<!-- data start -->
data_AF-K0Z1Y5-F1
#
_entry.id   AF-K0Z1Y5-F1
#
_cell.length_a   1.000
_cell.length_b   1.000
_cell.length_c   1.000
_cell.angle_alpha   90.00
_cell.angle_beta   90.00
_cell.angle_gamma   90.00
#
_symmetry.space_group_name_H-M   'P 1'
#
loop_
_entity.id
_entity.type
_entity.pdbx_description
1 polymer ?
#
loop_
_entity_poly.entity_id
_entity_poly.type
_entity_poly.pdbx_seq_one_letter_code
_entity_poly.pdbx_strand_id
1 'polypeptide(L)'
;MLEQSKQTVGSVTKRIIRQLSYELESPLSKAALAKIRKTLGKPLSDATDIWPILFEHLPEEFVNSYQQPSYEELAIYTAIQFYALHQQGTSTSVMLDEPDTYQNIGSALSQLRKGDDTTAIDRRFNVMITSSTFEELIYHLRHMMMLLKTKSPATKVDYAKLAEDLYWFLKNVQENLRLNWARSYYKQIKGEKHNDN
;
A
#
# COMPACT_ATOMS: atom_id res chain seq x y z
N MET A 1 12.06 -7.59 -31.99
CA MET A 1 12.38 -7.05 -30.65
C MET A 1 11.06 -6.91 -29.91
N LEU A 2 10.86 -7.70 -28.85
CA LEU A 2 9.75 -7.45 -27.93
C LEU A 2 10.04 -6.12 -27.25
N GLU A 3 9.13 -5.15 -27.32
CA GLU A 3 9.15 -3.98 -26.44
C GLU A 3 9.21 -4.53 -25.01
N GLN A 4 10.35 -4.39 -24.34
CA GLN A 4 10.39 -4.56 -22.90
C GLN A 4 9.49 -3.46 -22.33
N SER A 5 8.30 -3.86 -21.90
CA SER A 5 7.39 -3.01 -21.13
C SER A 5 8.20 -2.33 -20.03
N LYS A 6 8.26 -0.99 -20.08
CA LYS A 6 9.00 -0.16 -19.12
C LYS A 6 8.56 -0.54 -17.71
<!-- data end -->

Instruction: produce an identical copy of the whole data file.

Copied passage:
data_AF-K0Z1Y5-F1
#
_entry.id   AF-K0Z1Y5-F1
#
_cell.length_a   1.000
_cell.length_b   1.000
_cell.length_c   1.000
_cell.angle_alpha   90.00
_cell.angle_beta   90.00
_cell.angle_gamma   90.00
#
_symmetry.space_group_name_H-M   'P 1'
#
loop_
_entity.id
_entity.type
_entity.pdbx_description
1 polymer ?
#
loop_
_entity_poly.entity_id
_entity_poly.type
_entity_poly.pdbx_seq_one_letter_code
_entity_poly.pdbx_strand_id
1 'polypeptide(L)'
;MLEQSKQTVGSVTKRIIRQLSYELESPLSKAALAKIRKTLGKPLSDATDIWPILFEHLPEEFVNSYQQPSYEELAIYTAIQFYALHQQGTSTSVMLDEPDTYQNIGSALSQLRKGDDTTAIDRRFNVMITSSTFEELIYHLRHMMMLLKTKSPATKVDYAKLAEDLYWFLKNVQENLRLNWARSYYKQIKGEKHNDN
;
A
#
# COMPACT_ATOMS: atom_id res chain seq x y z
N MET A 1 12.06 -7.59 -31.99
CA MET A 1 12.38 -7.05 -30.65
C MET A 1 11.06 -6.91 -29.91
N LEU A 2 10.86 -7.70 -28.85
CA LEU A 2 9.75 -7.45 -27.93
C LEU A 2 10.04 -6.12 -27.25
N GLU A 3 9.13 -5.15 -27.32
CA GLU A 3 9.15 -3.98 -26.44
C GLU A 3 9.21 -4.53 -25.01
N GLN A 4 10.35 -4.39 -24.34
CA GLN A 4 10.39 -4.56 -22.90
C GLN A 4 9.49 -3.46 -22.33
N SER A 5 8.30 -3.86 -21.90
CA SER A 5 7.39 -3.01 -21.13
C SER A 5 8.20 -2.33 -20.03
N LYS A 6 8.26 -0.99 -20.08
CA LYS A 6 9.00 -0.16 -19.12
C LYS A 6 8.56 -0.54 -17.71